December 2009

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Reading the old in the new

Strange Maps has a wonderful series of posts that examine current political outcomes as viewed in electoral maps and explores the clustering patterns of those results with historical, territorial and demographic boundaries and patterns.

It would be great to see these historical patterns in Canada. Imagine a map of past electoral results animated to show change overtime and to compare those with a variety of religious, linguistic, age and a selection of other demographic variables to see if there is a pattern in Canada!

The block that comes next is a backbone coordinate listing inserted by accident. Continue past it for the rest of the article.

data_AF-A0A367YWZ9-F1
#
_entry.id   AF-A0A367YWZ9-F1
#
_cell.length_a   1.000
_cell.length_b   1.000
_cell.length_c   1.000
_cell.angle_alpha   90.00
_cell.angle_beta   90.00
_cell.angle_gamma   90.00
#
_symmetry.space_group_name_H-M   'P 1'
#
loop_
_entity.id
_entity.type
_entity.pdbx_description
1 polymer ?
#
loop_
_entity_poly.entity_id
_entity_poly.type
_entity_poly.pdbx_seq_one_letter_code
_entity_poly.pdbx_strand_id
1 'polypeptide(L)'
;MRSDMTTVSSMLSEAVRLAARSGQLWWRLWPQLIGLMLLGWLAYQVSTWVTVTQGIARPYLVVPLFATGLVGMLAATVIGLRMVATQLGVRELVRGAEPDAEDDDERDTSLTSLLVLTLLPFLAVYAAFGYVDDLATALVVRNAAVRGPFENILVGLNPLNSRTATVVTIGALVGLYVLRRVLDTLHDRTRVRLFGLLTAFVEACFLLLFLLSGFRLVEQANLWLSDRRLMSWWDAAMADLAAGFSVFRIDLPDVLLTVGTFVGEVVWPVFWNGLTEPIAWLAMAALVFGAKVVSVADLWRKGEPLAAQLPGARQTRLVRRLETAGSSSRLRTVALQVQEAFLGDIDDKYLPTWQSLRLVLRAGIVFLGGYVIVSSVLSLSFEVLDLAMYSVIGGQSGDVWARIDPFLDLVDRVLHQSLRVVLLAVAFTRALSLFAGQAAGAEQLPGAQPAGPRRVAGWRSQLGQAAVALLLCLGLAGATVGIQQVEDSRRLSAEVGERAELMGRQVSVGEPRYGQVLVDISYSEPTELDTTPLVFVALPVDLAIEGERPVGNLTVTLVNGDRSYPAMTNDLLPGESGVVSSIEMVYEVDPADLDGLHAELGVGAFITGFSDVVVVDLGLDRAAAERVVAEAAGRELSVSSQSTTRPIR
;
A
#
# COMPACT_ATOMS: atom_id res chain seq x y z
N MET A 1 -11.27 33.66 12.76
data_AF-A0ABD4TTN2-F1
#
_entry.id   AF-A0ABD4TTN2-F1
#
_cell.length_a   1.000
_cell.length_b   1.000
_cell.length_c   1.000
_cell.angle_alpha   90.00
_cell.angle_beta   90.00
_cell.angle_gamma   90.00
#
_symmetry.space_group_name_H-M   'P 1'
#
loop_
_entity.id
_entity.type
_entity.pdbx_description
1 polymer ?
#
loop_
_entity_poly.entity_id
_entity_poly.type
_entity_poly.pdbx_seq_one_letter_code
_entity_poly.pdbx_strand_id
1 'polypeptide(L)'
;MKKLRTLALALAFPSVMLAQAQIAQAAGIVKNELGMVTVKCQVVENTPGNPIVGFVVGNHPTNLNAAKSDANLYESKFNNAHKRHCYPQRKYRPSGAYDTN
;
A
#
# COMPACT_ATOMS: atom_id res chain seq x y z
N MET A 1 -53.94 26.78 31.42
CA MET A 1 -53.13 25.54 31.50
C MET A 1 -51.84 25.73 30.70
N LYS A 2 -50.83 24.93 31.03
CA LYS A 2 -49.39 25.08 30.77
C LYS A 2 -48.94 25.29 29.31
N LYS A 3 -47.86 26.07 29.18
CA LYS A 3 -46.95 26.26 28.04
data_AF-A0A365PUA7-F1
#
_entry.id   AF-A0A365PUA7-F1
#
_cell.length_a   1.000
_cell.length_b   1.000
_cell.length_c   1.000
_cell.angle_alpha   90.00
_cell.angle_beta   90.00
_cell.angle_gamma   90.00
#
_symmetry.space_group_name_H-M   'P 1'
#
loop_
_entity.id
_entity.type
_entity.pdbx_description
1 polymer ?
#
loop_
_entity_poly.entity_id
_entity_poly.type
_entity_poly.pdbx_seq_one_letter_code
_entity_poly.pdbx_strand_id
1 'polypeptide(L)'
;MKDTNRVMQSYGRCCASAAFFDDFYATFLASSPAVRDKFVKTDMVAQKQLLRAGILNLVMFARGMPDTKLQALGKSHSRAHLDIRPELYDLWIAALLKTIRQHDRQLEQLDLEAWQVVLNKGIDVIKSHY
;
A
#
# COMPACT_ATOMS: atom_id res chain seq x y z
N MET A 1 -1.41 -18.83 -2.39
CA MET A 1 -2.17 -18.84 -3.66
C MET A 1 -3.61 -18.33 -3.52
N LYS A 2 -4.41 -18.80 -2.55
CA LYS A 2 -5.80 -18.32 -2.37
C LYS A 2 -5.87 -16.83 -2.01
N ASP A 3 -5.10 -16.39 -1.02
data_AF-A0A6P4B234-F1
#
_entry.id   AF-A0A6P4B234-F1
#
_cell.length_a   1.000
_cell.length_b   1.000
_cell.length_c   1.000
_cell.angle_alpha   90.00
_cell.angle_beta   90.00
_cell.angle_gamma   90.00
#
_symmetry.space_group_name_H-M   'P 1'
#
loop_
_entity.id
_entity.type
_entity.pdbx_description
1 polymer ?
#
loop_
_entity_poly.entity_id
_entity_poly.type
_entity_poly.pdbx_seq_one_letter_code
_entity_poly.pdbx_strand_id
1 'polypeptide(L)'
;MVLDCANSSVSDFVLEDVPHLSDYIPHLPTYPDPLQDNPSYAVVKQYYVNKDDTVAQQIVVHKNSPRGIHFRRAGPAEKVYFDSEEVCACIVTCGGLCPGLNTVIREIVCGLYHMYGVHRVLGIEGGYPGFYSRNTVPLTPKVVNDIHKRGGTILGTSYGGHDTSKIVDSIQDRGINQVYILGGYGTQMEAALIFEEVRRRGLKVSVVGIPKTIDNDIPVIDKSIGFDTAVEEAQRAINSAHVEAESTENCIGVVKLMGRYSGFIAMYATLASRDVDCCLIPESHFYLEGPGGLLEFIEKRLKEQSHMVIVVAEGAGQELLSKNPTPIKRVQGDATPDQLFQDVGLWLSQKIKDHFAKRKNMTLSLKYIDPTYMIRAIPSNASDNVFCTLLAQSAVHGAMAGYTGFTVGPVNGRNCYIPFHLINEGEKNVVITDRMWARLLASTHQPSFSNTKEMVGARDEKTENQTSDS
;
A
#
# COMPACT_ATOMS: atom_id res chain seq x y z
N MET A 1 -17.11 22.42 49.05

Also, on an electoral note, the UK is releasing its Postal Code geodata. In Canada, people have been lobbying to get access our postal code lookup file for free with unrestricted use because it can link postal code with electoral boundaries, a simple democratic process tool that is most certainly not libre in Canada!

See previous datalibre elections posts:
40th Canadian Federal Election Results 2008

Making data tangible

Anti poverty advocates often have difficulty getting their points across. A new campaign in Hamilton called Do the Math has developed an interesting collaborative strategy to do just that! The Spec explains the process in this article Does $572 a month cover basic needs?. The following photo explains it all!

Does $572 a month cover basic needs?

Does $572 a month cover basic needs?